Light Magazine Spotlight Articles

Standing in the gap for human dignity

Proclaiming the Inherent Worth of Every Individual

What links the topics of immigration, gambling, racial unity, and prison reform? Underneath these issues is the awareness that each individual is created in the image of God and therefore possesses inherent worth and dignity. The Ethics and Religious Liberty Commission (ERLC) seeks to advance human flourishing and a just society through furthering policies that recognize the dignity inherent to all people. This is an outflow of the Bible’s teaching, as well as various statements from the the Southern Baptist Convention (SBC) recognizing our calling to stand up for the marginalized and oppressed. In so doing, Christians point to a God who is just and commands us to seek justice and righteousness, especially for the vulnerable (Micah 6:8).   

Predatory relationships 

The ERLC stands in Southern Baptists’ long tradition of opposing predatory relationships and the unjust treatment of the impoverished. Though initial leaders of the organization such as A. J. Barton often focused on gambling as a vice, they also noted its destructive connection between the preyed upon individual and those seeking to profit from them. 

They connected the problem of liquor in the saloon to the various vices that sprang up in the community around it, such as gambling and prostitution, which were deleterious for the poor and the family. This theme of speaking up for the vulnerable in society was championed by past leaders of the organization such as Hugh Brimm, Acker (A.C.) Miller, and Foy Valentine. 

More recently, the ERLC has spoken to the problems of predatory relationships and how society treats the poor. On the basis of a 2014 resolution condemning predatory payday lending, the ERLC advocated and was crucial in the repeal of the 2017 “True Lender” rule, which allowed predatory lending organizations to avoid regulations in their state and enabled them to charge unjust and exorbitant interest rates on the borrowers.1 Additionally, the ERLC has spoken out about the rise of online gambling and sports betting, noting that the rapid legalization of online sports betting is most likely to injure the poor and those who are impoverished.2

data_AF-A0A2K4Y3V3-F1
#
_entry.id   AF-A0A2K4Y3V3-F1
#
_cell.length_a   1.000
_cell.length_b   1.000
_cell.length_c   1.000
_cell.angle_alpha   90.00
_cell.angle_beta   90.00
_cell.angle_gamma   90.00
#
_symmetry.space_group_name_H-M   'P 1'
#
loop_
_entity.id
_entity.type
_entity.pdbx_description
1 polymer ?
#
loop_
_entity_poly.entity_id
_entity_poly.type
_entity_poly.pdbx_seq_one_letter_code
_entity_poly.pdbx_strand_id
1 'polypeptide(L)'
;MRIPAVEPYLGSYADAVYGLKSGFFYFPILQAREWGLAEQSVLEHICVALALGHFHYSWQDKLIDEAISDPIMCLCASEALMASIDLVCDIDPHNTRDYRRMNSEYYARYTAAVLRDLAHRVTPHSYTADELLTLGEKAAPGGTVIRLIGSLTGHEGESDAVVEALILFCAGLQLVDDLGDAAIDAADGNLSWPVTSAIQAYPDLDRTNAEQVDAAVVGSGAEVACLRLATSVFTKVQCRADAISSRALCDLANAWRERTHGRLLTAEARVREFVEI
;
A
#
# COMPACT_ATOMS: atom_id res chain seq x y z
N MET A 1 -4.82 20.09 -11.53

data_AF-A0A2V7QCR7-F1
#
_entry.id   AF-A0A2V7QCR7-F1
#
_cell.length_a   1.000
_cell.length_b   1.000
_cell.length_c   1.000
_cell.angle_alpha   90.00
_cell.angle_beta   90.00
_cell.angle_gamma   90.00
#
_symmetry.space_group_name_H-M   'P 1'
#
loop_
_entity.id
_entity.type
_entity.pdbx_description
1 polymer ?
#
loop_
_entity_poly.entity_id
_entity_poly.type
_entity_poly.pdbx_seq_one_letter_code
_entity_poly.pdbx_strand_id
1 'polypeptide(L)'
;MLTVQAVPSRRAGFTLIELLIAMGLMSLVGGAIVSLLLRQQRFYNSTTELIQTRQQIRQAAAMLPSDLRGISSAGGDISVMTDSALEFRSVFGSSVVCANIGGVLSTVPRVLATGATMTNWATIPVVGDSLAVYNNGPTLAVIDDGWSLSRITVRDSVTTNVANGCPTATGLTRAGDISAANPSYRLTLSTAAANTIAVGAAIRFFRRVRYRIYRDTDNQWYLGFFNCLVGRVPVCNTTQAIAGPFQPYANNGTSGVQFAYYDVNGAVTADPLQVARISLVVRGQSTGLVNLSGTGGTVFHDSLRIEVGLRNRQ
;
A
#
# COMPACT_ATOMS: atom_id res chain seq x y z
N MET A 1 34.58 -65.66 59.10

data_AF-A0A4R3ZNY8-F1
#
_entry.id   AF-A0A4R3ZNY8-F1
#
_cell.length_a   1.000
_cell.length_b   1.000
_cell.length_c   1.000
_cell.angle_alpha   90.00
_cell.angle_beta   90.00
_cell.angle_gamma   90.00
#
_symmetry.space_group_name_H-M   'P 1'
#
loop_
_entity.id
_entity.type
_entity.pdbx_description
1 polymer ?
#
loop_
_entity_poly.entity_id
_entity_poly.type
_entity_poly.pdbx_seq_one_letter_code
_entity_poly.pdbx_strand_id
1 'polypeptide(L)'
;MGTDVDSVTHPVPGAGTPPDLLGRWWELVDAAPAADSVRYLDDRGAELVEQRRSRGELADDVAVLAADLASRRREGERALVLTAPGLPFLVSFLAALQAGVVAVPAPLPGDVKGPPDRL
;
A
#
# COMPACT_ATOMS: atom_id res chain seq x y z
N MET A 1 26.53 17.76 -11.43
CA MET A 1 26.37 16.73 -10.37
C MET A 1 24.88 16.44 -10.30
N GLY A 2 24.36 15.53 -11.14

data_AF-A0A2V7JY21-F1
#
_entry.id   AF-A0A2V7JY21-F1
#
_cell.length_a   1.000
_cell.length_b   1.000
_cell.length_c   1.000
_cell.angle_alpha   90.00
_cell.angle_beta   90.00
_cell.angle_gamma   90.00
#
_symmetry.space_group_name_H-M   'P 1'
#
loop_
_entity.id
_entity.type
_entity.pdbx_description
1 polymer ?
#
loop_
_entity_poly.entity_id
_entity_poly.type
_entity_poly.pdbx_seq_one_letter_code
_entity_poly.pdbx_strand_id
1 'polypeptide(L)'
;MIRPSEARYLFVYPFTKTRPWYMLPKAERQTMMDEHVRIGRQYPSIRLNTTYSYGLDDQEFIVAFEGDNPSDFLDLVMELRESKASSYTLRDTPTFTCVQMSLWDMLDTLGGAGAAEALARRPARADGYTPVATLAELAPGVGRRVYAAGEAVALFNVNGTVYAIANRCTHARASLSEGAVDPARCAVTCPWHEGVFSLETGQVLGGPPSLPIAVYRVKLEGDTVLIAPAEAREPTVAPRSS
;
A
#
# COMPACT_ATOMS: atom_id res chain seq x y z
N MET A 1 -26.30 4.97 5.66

The history of the SBC and the ERLC (and the earlier commissions) is one that is tragic in its failure to uphold human dignity, particularly for non-white individuals. The SBC was founded out of a commitment to send slave owners as missionaries, wedding the gospel to the anti-Christian message of human enslavement. Even the earliest leader of the Committee on Temperance (the forerunner of the ERLC), A. J. Barton, though supportive of some measures of African American institutions such as the founding of American Baptist College and Seminary, was still committed to a program of racial segregation. 

However, following Barton, the Christian Life Commission (CLC) took a turn toward racial equality under the leadership of all the following presidents. Imperfectly at times, they advocated for recognizing the dignity and worth of African Americans, addressing the primary problem of their day.